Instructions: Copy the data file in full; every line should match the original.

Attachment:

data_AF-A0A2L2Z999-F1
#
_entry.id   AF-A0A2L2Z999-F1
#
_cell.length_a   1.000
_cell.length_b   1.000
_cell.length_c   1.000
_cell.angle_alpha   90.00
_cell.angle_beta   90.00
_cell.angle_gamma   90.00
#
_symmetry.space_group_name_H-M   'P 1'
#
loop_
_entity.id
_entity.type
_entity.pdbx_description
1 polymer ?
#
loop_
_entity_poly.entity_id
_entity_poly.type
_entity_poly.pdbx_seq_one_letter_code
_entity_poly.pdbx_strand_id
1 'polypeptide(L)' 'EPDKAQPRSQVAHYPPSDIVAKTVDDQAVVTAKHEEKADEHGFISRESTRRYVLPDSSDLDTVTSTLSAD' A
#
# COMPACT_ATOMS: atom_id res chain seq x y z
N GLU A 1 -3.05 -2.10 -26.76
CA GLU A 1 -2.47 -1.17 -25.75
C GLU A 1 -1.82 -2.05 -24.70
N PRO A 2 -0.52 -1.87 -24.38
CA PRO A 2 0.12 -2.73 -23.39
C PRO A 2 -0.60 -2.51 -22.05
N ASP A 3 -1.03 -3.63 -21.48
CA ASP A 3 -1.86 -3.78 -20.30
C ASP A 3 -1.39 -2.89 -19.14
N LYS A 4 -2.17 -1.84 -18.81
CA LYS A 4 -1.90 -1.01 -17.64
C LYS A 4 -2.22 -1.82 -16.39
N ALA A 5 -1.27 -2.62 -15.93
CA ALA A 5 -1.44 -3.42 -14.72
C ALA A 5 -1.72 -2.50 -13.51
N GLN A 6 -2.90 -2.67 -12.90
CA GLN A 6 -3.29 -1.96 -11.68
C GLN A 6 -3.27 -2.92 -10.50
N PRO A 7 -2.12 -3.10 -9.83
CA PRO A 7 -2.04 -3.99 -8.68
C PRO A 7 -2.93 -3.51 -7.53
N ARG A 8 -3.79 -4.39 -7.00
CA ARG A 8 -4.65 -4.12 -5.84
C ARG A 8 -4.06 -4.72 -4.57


data_AF-A0A2L2Z999-F1
#
_entry.id   AF-A0A2L2Z999-F1
#
_cell.length_a   1.000
_cell.length_b   1.000
_cell.length_c   1.000
_cell.angle_alpha   90.00
_cell.angle_beta   90.00
_cell.angle_gamma   90.00
#
_symmetry.space_group_name_H-M   'P 1'
#
loop_
_entity.id
_entity.type
_entity.pdbx_description
1 polymer ?
#
loop_
_entity_poly.entity_id
_entity_poly.type
_entity_poly.pdbx_seq_one_letter_code
_entity_poly.pdbx_strand_id
1 'polypeptide(L)' 'EPDKAQPRSQVAHYPPSDIVAKTVDDQAVVTAKHEEKADEHGFISRESTRRYVLPDSSDLDTVTSTLSAD' A
#
# COMPACT_ATOMS: atom_id res chain seq x y z
N GLU A 1 -3.05 -2.10 -26.76
CA GLU A 1 -2.47 -1.17 -25.75
C GLU A 1 -1.82 -2.05 -24.70
N PRO A 2 -0.52 -1.87 -24.38
CA PRO A 2 0.12 -2.73 -23.39
C PRO A 2 -0.60 -2.51 -22.05
N ASP A 3 -1.03 -3.63 -21.48
CA ASP A 3 -1.86 -3.78 -20.30
C ASP A 3 -1.39 -2.89 -19.14
N LYS A 4 -2.17 -1.84 -18.81
CA LYS A 4 -1.90 -1.01 -17.64
C LYS A 4 -2.22 -1.82 -16.39
N ALA A 5 -1.27 -2.62 -15.93
CA ALA A 5 -1.44 -3.42 -14.72
C ALA A 5 -1.72 -2.50 -13.51
N GLN A 6 -2.90 -2.67 -12.90
CA GLN A 6 -3.29 -1.96 -11.68
C GLN A 6 -3.27 -2.92 -10.50
N PRO A 7 -2.12 -3.10 -9.83
CA PRO A 7 -2.04 -3.99 -8.68
C PRO A 7 -2.93 -3.51 -7.53
N ARG A 8 -3.79 -4.39 -7.00
CA ARG A 8 -4.65 -4.12 -5.84
C ARG A 8 -4.06 -4.72 -4.57